Background: Rapid increases in bone mass occur during Liberty Optimizing calcium absorption (Ca abs) and bone calcium deposition (V0+) during puberty can enhance peak bone mass and ultimately decrease the lifetime risk of osteoporosis. In this study, we will determine the influence of hormonal, genetic and dietary factors that lead to maximal Ca-abs and Vo+ in pubertal boys and girls. This proposal is a logical extension of our recent findings that; 1) changes in calcium metabolism in early puberty are correlated to serum luteimzing hormone (LH) level, ethnicity, family history of osteoporosis, and the genotype of vitamin D receptor polymorphisms, and 2) the addition of small amounts of nondigestible oligosaccharides (NDO) can significantly increase calcium absorption in pubertal children on relatively high calcium-containing diets. Hypotheses: Our overall hypotheses are that dynamic changes in mineral metabolism in early adolescence are based on identifiable hormonal and genetic factors and that specific nutritional interventions can enhance bone mass accumulation. Specifically, in this proposal we will evaluate the following: 1) Early nighttime increases in pubertal hormones will be closely correlated to Ca-abs and V0+ in both boys and girls. In contrast, serum leptin will be negatively correlated with V0+; 2) Putative genetic markers of osteoporosis, including vitamin D receptor polymorphisms, will be significantly correlated to Ca-abs and V0+; 3) The addition of NDO will increase Ca-abs and Vo+ in pubertal children receiving recommended dietary calcium intakes. Study Methods: We will enroll 50 girls and 50 boys who are healthy, 5th to 95th percentile body mass index for age, and Tanner Stage 2 or 3. They will participate in comprehensive dual-tracer calcium stable isotopic kinetic studies. Results will be compared with pubertal hormonal studies, biochemical bone turnover markers, and dual-energy X-ray absorptiometry (DXA) measures of whole body and regional bone mineral content. Genetic markers related to bone mass will be assessed and related to both hormonal and calcium kinetic measurements. After these baseline studies, subjects will be randomized to receive calcium fortified foods either with or without added NDO. Calcium absorption will be measured again after 2 months. After 12 months, the baseline calcium kinetic, hormonal and DXA studies will be repeated to assess the effects both of pubertal development and the dietary intervention. At the conclusion of that study, supplementation with NDO will be stopped and a final DXA study performed 12 months later to assess whether bone mass differences identified during supplementation were maintained post-intervention. Conclusions: By identifying the relationships among hormonal changes of puberty, genetics and calcium metabolism, the characteristics leading to maximal calcium absorption and utilization can be identified. These insights will enable interventional strategies to enhance bone mass to be specifically related to identifiable population characteristics, with the ultimate goal of decreasing the incidence and severity of bone loss and osteoporosis.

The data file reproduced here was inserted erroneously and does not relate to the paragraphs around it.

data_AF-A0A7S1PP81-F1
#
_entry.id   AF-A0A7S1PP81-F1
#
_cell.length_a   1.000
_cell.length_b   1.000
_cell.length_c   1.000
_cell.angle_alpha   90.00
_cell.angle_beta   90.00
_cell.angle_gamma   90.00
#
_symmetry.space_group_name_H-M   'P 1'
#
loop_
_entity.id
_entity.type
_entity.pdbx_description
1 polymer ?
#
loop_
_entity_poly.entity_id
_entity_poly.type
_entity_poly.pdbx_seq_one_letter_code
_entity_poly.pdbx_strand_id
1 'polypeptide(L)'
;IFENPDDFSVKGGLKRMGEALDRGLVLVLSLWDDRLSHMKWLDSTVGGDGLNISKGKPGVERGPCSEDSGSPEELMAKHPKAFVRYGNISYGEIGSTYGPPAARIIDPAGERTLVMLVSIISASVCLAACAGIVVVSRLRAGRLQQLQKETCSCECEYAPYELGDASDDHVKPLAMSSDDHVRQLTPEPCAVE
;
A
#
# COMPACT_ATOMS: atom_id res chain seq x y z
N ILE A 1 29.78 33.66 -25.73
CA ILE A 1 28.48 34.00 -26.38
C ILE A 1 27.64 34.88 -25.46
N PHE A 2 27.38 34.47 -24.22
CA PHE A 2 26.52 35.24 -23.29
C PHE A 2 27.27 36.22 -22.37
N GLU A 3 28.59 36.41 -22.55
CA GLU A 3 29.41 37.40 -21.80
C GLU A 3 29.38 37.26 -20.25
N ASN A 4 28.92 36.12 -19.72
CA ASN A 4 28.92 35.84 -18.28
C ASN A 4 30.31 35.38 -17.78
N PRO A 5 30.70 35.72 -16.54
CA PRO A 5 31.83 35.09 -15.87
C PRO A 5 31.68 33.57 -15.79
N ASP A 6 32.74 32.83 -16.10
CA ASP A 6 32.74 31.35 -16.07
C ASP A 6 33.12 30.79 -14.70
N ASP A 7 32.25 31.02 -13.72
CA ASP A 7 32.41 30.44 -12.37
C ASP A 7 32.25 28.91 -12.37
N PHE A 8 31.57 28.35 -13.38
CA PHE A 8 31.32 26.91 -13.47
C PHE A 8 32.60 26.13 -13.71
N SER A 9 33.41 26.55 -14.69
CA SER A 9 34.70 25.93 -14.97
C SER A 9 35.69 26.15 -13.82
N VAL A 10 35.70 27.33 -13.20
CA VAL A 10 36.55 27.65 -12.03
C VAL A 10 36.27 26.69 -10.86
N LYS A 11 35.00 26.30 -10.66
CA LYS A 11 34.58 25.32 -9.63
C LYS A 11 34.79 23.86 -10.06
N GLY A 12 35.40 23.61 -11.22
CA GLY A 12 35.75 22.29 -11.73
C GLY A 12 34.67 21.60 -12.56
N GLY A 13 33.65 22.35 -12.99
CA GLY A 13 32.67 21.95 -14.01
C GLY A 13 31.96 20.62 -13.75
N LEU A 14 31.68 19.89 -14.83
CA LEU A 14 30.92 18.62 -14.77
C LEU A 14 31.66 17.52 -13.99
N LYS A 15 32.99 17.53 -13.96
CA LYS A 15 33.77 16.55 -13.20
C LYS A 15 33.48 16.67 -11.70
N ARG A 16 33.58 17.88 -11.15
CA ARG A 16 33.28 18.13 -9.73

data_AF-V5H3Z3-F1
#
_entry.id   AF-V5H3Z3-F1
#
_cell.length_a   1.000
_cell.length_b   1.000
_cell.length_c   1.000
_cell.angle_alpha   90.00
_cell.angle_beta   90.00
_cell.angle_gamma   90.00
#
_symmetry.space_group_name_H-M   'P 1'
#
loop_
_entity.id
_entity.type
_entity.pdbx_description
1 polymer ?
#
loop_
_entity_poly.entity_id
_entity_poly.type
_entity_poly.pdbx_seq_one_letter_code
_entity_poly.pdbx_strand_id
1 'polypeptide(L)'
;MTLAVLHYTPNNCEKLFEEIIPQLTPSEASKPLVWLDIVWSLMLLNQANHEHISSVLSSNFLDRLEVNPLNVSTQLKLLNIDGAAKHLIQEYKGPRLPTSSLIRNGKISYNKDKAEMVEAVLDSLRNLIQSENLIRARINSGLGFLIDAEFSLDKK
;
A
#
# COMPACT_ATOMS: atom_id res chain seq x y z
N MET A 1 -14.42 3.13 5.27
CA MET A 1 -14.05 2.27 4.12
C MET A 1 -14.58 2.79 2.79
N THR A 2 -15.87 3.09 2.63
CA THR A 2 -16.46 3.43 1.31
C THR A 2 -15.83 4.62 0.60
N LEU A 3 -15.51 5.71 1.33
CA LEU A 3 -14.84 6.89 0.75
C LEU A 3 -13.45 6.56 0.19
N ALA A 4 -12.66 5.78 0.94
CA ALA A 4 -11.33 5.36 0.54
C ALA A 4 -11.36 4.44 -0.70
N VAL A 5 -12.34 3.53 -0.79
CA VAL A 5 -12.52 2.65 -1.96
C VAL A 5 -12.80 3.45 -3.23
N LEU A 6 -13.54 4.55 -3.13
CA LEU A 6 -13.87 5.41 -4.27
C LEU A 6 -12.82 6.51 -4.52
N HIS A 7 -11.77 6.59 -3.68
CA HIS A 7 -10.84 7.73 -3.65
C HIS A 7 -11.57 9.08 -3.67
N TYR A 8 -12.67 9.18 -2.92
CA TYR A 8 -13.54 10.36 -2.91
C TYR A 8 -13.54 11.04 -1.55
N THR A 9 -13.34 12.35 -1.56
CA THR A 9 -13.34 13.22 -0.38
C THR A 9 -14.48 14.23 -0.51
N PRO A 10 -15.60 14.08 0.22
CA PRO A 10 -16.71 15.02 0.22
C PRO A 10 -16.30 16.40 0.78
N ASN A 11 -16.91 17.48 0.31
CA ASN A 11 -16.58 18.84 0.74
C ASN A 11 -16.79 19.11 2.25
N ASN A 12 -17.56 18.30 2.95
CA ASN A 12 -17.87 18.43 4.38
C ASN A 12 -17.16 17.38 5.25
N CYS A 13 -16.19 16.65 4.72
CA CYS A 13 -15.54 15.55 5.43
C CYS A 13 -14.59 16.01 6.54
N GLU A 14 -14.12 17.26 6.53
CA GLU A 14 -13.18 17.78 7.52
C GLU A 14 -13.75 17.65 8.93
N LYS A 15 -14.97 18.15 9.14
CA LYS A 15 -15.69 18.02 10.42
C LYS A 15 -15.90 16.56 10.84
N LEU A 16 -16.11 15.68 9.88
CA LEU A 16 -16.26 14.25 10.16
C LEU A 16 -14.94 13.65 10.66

National Institute of Health (NIH)
National Institute of Arthritis and Musculoskeletal and Skin Diseases (NIAMS)
Research Project (R01)
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Reproductive Endocrinology Study Section (REN)
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Mcgowan, Joan A
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Baylor College of Medicine
Schools of Medicine
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Abrams, Steven A; Hawthorne, Keli M; Chen, Zhensheng (2013) Supplementation with 1000 IU vitamin D/d leads to parathyroid hormone suppression, but not increased fractional calcium absorption, in 4-8-y-old children: a double-blind randomized controlled trial. Am J Clin Nutr 97:217-23
Hill, Kathleen M; McCabe, George P; McCabe, Linda D et al. (2010) An inflection point of serum 25-hydroxyvitamin D for maximal suppression of parathyroid hormone is not evident from multi-site pooled data in children and adolescents. J Nutr 140:1983-8
Abrams, Steven A; Hicks, Penni D; Hawthorne, Keli M (2009) Higher serum 25-hydroxyvitamin D levels in school-age children are inconsistently associated with increased calcium absorption. J Clin Endocrinol Metab 94:2421-7
Abrams, Steven A; Griffin, Ian J; Hawthorne, Keli M et al. (2005) Height and height Z-score are related to calcium absorption in five- to fifteen-year-old girls. J Clin Endocrinol Metab 90:5077-81
Abrams, Steven A; Griffin, Ian J; Hawthorne, Keli M et al. (2005) Relationships among vitamin D levels, parathyroid hormone, and calcium absorption in young adolescents. J Clin Endocrinol Metab 90:5576-81
Abrams, Steven A; Griffin, Ian J; Hawthorne, Keli M et al. (2005) A combination of prebiotic short- and long-chain inulin-type fructans enhances calcium absorption and bone mineralization in young adolescents. Am J Clin Nutr 82:471-6
Abrams, S A (2001) Calcium turnover and nutrition through the life cycle. Proc Nutr Soc 60:283-9
Girgis, R; Abrams, S A; Castracane, V D et al. (2000) Ethnic differences in androgens, IGF-I and body fat in healthy prepubertal girls. J Pediatr Endocrinol Metab 13:497-503
Abrams, S A; Copeland, K C; Gunn, S K et al. (2000) Calcium absorption, bone mass accumulation, and kinetics increase during early pubertal development in girls. J Clin Endocrinol Metab 85:1805-9
Abrams, S A; Copeland, K C; Gunn, S K et al. (1999) Calcium absorption and kinetics are similar in 7- and 8-year-old Mexican-American and Caucasian girls despite hormonal differences. J Nutr 129:666-71

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